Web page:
In the twilight
and the waiting dark,
before sleep comes, and rest —
and in the dusty-eyed awakening
in the stillness of the dawn —
in these shimmer causeways
all forgotten dreams may dance,
some for seconds, some for minutes,
never long enough to matter much,
never short enough to be entirely forgotten.
And the buried doubts,
forgotten, sagging wants,
and shackled angry fears
awake, assail, and we must tremble
at the forceful things
that we have locked away.
But then true day arrives
or true night comes
all soft and warm,
and cures us of these things,
if only for a time.
Arms flapping in my jacket sleeves I
run and even more than usual the
eyes stare at my skin, my hair, my
sandals, “who is this người tây and why does he
run? Will there not be another bus?
What brings him here outside the city center
and where does he go so early in the day?”
I have no time to try to answer, to fumble for
words so strange to my homesick tongue, I
just smile towards the eyes and shake
my head. The bus driver waits
(he wouldn’t for his countryman), I
hop on board and I am greeted by more
A ragged-bodied mannequin stands at attention,
guardian of rubble, refuse, street.
No eyes, no hair, no clothing,
grime cakes her weary hands,
forever slightly upward, asking
“what kind of God takes shapeless matter,
makes crude echoes of itself
and leaves them for all time to rot
while right before created plastic eyes
the world parades forever slowly by?”
It likely once was beautiful,
it will not be again.
Those who don’t believe
in demons sure aren’t
looking very hard,
I see them everywhere and
they smile just like I do and
fix their hair carefully
with Goldsmith’s Locktight
(original formula(tm)) and
wish smoking didn’t cause cancer
for only selfish reasons.
We are our pasts, only,
and we work so hard
so hard to hide them,
but the demons always
find out, always,
and whatever you believe
doesn’t matter, cause evil
wins in the end of this
universe and this one is real.
We all are going somewhere,
us crowd of black haired waiters,
standing, sitting, floating in this mass of bodies.
Forward — stop. A few depart,
a few more join us. A few groans.
Beside me, a student — perhaps?
Perhaps 21, perhaps 28?
She covers her mouth,
as many fellow travelers do,
with a small elastic mask,
attempting to repel the exhaust
that she willingly pays to propel her now.
(As if lung cancer is not predestined
for all who call this city home.)
I am struck by not feeling trapped here.
I am surrounded, encircled, held,
by those my country may call my enemies,
or at least at one time did.
And yet no panic, fear, or cries
deep within my chest.
All I feel is —
the eyes of 100 Vietnamese on my white skin,
the hip of the student,
and imagined thieves’ hands —
I do not fight for peace,
I work for it.
It pays me well
and bankrupts me,
soothes me and breaks me,
troubles me and comforts me.
This quite work is loud:
there is no silence on the march towards justice,
there are tears and fears and deaths beside
the cheers and joys and loves,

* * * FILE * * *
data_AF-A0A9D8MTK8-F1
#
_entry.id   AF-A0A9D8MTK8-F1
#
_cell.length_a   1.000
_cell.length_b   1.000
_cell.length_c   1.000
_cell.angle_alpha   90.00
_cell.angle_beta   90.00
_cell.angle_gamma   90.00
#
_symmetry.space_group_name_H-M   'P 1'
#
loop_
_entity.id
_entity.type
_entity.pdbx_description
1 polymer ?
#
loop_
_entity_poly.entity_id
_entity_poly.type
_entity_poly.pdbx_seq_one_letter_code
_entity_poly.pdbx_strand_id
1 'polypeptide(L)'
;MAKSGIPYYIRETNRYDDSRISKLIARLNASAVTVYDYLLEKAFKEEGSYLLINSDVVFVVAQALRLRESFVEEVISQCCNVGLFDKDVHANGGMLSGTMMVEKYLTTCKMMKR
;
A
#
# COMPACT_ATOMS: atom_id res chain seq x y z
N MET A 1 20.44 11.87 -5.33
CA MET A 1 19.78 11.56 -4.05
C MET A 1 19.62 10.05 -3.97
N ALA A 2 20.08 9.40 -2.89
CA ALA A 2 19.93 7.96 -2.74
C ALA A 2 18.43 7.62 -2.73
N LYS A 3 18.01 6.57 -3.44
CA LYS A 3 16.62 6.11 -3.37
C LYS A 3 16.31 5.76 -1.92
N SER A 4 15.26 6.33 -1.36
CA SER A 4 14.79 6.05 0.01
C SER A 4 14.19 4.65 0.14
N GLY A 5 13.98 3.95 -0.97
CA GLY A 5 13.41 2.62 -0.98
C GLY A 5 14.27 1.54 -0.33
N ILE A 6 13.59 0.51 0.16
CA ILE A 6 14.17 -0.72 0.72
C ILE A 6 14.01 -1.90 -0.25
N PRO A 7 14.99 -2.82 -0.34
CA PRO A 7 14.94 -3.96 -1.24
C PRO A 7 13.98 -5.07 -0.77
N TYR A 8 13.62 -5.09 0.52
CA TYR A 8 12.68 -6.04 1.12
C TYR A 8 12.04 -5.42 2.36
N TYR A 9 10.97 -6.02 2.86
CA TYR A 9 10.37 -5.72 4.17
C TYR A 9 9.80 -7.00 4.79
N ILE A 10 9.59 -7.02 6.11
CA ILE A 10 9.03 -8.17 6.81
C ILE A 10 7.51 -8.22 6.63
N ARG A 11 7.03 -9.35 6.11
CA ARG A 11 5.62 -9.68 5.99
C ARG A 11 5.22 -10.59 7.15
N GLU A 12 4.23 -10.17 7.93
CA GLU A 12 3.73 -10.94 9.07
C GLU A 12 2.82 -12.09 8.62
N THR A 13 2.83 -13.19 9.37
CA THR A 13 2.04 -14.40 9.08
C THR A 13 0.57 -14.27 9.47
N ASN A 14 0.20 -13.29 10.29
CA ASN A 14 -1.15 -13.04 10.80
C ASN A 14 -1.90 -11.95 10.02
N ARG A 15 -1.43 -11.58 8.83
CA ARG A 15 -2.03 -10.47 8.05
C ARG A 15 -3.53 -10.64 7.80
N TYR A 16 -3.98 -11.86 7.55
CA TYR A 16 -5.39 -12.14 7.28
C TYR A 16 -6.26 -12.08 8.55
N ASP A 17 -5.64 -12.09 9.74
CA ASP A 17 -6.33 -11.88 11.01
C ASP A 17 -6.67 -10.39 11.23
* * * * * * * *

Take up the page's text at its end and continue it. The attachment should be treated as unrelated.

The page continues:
yet we pour them out together
so that others yet may live.
And if I fall while working,
please do not mourn my passing:
every body will be lost,
may my passing fertilize the ground.
This tastes of memories,
things shared and done and told together,
of salty tears and sweet-smooth nights
enfolded in the past.
This tastes of memories,
the brushing together of our lives,
the tang of departings,
the coffees, car rides, cares, and worries
carried on together.
This, it tastes of memories,
not always sweet
but always delicious.
Nothing ever dies, and nothing ever truly lives,
despite the human minds and hands that yearn to birth and kill.
Nothing ever changes, and nothing stays the same,
perilously on we plod, ever new and ever just the same.
I am alone.
All around me, strangers.
this crowded isolation?
There is music in it, muddled,
power in these strangers, felt as
an aching in my bones,
a burning shout of too much, too many
people, and yet I stand, watching
streams of unknown sorrows
wrapped in flesh and given eyes and minds
I’ll never see again.
Come the sore joints
of middle age, middle America,
I, a young man,
greet them with an arthritic fist bump.
My friend’s third ACL
should be named Clark Kent:
stoic, hidden, important...
history suggests it will find its kryptonite.
All things are good only until
one moment breaks it all.
Living is dealing with huge small tragedies,
one by one by one by one.
I can see her as she sees herself —
hair long and black and in a perfect bun,
tongue too sharp to tame completely,
blue and yellow áo dŕi perfectly formed.
This woman, and who’s to say she isn’t real,
lies reflected in the eyes as yet afire in their nests of
And though white hair now framer her amber face,
there is that smile, the words as fleet as birds
singing as they peck against the cage.
Teeth may be missing, but what are teeth
when the mind and legs still function as before?
This is the joy of age that is a language in itself,
the fullness of a summer twilight in our human garb.
Rejoice, and share the day’s successes,
and do not mourn the coming of the night.